Nutritionists and consumers associate meat, with its proteins, saturated and unsaturated fats and cholesterol with a negative image. Various research projects have reached the conclusion that meat consumption can lead to diabetes, colon cancer or liver diseases. Even so, no one seems willing to reduce the meat intake. Disregarding its life-threaten status would mean making a conscious choice to invite illness in our bodies. It is no wonder that children are struggling with weight gain and diabetes, given the abundance of fast food chains. Unfortunately, some of them continue with this unhealthy lifestyle even after becoming independent adults. A modification in the diet is the key to a healthy body. A replacement of animal products with fruits and vegetables even for a few weeks can lower the cholesterol levels, positively influence the digestion and produce notable changes in one’s mood. American and European studies have shown the impact a vegetarian diet had against obesity and diabetes. Their results indicated that high processed meat intakes were associated with the occurrence of type II diabetes; the risk was lower in vegetarians and the lowest in vegans.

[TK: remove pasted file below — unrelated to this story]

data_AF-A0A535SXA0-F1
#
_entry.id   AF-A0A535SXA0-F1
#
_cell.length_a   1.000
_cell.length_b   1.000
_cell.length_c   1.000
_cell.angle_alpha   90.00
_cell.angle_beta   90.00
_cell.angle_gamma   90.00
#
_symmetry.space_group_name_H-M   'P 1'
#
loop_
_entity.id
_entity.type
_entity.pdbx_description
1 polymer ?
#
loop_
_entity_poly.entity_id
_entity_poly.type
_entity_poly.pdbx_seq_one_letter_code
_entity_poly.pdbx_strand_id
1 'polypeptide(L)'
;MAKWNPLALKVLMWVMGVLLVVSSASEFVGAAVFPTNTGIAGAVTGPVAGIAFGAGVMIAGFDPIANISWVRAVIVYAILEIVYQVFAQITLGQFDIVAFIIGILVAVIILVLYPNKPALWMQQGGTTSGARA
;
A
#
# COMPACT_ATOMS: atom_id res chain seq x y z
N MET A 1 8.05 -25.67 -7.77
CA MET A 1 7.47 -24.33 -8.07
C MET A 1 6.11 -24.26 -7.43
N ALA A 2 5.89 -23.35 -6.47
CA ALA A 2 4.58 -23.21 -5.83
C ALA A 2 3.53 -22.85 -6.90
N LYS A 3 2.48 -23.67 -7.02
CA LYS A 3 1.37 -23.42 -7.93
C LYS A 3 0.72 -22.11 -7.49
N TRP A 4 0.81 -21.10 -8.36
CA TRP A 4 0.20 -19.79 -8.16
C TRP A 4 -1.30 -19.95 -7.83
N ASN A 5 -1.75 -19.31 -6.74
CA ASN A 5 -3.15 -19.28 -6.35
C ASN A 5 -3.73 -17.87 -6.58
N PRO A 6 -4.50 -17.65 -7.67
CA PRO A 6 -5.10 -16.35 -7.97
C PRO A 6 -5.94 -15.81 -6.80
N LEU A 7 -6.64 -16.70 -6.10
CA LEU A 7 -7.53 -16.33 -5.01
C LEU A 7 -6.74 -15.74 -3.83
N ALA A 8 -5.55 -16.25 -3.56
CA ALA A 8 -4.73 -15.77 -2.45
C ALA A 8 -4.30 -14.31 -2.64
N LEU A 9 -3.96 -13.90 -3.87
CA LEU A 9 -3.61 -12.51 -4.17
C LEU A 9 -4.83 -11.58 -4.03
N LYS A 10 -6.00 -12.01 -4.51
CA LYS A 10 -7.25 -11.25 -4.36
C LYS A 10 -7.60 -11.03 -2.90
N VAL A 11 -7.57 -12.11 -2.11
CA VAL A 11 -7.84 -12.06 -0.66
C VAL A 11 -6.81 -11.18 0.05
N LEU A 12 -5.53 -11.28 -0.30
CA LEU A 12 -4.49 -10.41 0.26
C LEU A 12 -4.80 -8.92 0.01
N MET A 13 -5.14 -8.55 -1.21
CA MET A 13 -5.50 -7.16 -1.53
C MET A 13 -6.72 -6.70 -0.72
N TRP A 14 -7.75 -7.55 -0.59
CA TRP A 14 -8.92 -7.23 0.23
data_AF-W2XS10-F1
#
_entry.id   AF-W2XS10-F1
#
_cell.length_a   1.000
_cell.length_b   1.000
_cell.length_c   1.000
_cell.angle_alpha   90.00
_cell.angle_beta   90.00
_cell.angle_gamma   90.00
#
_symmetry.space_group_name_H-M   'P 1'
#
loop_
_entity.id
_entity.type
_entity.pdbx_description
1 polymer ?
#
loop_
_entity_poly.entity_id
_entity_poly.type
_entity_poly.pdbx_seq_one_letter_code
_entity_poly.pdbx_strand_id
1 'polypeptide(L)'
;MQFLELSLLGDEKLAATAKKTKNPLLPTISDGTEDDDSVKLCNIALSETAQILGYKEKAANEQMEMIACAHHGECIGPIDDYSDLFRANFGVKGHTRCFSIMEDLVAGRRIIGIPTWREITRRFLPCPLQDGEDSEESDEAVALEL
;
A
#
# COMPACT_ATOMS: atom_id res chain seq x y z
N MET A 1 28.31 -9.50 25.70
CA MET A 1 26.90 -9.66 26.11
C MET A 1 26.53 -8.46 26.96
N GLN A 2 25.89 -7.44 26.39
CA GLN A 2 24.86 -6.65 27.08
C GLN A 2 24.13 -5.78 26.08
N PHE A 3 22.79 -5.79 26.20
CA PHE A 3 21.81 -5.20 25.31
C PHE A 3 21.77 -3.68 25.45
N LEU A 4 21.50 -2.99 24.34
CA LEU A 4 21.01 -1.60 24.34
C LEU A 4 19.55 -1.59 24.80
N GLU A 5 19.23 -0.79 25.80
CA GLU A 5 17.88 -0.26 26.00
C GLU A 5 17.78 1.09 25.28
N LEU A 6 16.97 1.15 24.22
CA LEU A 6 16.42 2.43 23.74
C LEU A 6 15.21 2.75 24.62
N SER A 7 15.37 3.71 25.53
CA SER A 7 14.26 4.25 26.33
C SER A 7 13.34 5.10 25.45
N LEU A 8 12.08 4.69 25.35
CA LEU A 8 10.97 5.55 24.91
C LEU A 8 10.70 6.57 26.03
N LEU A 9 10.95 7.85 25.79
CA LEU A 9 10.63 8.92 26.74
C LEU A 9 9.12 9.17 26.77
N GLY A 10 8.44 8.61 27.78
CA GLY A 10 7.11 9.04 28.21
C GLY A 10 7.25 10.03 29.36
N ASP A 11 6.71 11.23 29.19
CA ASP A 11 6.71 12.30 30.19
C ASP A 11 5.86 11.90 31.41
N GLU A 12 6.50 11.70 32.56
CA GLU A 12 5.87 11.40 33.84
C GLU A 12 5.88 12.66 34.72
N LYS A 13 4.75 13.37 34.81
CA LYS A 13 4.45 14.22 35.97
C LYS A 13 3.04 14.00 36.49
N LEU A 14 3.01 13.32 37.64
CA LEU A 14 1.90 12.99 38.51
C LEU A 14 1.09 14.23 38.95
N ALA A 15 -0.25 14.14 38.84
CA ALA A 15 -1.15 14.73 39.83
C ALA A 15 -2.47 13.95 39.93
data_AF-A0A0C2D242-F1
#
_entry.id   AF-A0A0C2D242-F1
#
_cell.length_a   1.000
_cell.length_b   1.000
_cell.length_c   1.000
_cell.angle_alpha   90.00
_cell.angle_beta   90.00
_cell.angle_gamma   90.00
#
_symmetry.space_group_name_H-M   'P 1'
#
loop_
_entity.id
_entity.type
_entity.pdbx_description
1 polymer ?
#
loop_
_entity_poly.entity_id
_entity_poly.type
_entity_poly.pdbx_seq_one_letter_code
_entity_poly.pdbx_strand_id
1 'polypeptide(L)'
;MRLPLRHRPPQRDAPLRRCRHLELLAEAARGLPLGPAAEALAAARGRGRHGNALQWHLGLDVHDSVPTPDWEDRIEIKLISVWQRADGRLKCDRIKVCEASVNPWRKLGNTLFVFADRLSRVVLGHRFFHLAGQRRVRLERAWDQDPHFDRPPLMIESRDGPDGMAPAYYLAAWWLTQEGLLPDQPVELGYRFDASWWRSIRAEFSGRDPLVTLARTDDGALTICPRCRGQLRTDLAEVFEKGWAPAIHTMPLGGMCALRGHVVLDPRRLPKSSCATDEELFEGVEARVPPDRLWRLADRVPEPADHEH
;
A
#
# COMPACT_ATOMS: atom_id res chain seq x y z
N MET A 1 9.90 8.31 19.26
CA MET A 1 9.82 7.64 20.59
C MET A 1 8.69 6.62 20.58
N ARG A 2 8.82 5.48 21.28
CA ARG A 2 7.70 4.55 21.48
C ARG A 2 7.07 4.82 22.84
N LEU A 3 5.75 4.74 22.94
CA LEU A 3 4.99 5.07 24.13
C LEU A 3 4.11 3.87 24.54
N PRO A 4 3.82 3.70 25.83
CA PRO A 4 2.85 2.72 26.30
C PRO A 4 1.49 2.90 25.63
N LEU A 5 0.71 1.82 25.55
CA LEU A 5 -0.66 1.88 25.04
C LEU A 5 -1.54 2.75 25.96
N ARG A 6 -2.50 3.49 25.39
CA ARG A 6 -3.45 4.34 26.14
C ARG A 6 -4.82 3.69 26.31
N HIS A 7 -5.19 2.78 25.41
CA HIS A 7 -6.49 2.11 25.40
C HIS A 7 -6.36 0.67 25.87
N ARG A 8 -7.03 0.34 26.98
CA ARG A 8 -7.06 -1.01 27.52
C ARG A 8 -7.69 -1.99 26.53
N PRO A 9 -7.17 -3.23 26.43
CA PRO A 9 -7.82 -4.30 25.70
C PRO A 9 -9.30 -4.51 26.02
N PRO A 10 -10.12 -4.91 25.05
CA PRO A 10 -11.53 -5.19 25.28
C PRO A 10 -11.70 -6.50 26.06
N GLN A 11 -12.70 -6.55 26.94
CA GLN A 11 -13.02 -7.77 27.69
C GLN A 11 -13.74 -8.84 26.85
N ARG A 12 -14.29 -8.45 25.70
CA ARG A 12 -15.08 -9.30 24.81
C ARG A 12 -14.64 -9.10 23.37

The following are the most popular vegetarian and vegan protein sources. It is important to make an appointment and, together with a nutritionist, establish a dietary plan by one’s body type. Fruits and vegetables should be eaten in moderation, in spite of being healthier alternatives to meat and dairy. Specialists in medicine and nutrition state that a balanced diet includes meat, dairy and eggs in addition to fruits and vegetables.[6][7]